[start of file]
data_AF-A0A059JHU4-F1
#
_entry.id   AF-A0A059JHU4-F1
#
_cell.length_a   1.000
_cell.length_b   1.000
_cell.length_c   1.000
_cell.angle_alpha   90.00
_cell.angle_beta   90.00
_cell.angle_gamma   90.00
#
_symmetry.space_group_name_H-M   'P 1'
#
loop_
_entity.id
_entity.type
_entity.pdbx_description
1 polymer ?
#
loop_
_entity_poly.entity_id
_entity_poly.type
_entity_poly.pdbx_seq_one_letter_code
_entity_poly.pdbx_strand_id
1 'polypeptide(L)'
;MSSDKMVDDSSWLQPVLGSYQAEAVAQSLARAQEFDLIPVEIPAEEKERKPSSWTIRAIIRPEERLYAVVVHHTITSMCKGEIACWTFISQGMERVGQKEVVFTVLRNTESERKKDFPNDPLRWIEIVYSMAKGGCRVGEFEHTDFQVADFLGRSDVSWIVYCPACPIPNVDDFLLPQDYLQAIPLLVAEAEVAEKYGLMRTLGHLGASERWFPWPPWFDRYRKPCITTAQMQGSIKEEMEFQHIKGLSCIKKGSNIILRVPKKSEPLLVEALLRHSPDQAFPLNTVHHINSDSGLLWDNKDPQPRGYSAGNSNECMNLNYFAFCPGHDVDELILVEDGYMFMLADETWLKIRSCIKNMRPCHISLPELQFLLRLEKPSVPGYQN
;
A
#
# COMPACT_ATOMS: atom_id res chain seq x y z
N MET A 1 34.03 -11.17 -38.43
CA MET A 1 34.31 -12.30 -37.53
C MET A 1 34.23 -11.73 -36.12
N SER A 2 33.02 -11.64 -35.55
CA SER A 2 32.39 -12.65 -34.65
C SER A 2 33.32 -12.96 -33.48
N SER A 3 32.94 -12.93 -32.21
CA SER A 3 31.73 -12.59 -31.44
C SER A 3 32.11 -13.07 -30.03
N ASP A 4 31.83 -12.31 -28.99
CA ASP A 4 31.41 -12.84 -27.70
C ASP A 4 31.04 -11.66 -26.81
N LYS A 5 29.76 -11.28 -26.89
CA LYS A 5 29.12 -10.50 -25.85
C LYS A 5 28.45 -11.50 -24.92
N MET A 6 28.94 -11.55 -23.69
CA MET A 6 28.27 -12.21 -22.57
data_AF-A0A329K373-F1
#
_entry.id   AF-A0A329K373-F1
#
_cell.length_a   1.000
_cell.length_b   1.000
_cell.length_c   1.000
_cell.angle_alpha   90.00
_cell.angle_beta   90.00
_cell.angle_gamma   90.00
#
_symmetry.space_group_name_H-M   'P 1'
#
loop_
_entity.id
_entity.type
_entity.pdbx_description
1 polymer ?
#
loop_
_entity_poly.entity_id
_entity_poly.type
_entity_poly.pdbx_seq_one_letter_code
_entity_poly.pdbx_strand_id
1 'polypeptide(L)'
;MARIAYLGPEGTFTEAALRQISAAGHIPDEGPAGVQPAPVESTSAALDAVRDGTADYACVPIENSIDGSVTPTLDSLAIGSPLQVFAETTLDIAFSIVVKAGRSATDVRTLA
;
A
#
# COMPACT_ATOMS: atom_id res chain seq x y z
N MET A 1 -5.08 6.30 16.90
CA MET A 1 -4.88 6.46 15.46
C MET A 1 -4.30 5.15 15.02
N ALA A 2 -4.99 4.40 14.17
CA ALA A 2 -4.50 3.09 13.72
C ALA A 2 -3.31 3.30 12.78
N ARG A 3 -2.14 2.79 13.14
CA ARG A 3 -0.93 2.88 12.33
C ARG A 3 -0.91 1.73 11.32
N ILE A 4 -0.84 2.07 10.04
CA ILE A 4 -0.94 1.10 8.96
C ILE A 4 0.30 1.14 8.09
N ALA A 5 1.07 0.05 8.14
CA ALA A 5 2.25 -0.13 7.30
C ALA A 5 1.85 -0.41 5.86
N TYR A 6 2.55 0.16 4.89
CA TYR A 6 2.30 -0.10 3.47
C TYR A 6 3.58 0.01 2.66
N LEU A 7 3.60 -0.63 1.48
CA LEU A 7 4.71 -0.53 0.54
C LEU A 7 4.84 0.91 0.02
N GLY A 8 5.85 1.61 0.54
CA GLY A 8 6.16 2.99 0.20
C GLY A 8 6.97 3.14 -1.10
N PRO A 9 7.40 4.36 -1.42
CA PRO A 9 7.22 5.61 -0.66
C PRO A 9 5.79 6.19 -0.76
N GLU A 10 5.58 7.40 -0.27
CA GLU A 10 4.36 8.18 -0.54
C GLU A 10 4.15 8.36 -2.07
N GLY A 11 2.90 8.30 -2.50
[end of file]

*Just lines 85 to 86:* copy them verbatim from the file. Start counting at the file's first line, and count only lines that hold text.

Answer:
CA ARG A 3 -0.93 2.88 12.33
C ARG A 3 -0.91 1.73 11.32